Industry evolution || Ageing infrastructure and maturing industrial environment
Structural shift of the industry towards diversification
Shift to "frontier" operations and new technologies
Company-specific corporate practice || Inconsistent use of state of the art practices and technology
Failures of compliance with rules and standards
Inadequate/uneven safety culture in companies
Drivers related to the regulatory framework || Uneven technical expertise amongst regulators
Suboptimal transparency and sharing of information
Fragmented regulatory framework
Divers of suboptimal level of emergency preparedness
State of risk-based planning || Inconsistencies in emergency planning between MS
Cross-border incompatibility of response assets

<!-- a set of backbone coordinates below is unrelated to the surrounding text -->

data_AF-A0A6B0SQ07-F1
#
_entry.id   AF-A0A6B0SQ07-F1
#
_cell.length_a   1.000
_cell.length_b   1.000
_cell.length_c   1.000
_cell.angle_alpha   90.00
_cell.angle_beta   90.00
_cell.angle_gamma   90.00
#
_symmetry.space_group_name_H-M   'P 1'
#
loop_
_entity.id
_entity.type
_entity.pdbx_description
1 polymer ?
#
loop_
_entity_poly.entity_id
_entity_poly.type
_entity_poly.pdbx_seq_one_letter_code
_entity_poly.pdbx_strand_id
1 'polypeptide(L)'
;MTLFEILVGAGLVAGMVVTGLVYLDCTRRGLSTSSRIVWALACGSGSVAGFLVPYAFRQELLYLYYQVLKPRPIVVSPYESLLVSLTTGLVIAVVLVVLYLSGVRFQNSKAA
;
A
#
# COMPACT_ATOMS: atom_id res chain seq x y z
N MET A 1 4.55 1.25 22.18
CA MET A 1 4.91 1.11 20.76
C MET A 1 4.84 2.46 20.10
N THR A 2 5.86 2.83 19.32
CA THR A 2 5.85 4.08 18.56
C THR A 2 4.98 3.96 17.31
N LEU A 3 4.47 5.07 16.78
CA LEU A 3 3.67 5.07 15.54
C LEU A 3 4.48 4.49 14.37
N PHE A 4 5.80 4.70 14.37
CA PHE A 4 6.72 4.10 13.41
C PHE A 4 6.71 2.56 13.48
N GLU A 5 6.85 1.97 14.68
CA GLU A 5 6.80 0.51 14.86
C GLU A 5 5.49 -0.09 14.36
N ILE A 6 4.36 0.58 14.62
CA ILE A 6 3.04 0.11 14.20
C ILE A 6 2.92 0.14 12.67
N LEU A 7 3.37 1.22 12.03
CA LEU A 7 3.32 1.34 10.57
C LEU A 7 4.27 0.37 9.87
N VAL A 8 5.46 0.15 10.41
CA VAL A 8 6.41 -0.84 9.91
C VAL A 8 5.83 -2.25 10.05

Integration of public and industry plans and assets || Lack of information on industry emergency response inventories
Inconsistency in the quality of company emergency plans
Drivers of inadequate liability provisions
Clarity and comprehensiveness of liability provisions || Clarity and scope of EU legislation on environmental liability
Lack of financial capacity and guarantees
Inadequate compensation schemes for traditional damages
2. JUSTIFICATION FOR EU ACTION
Industry has the primary responsibility and the means to control offshore risks. Reducing the risk of a large offshore accident requires state of the art practices to become the norm throughout EU. All operators can be expected to have reviewed their practices after the Deepwater Horizon, yet, reactions are uneven: only few have announced and/or implemented specific measures. This underlined the need for complementary action by public authorities.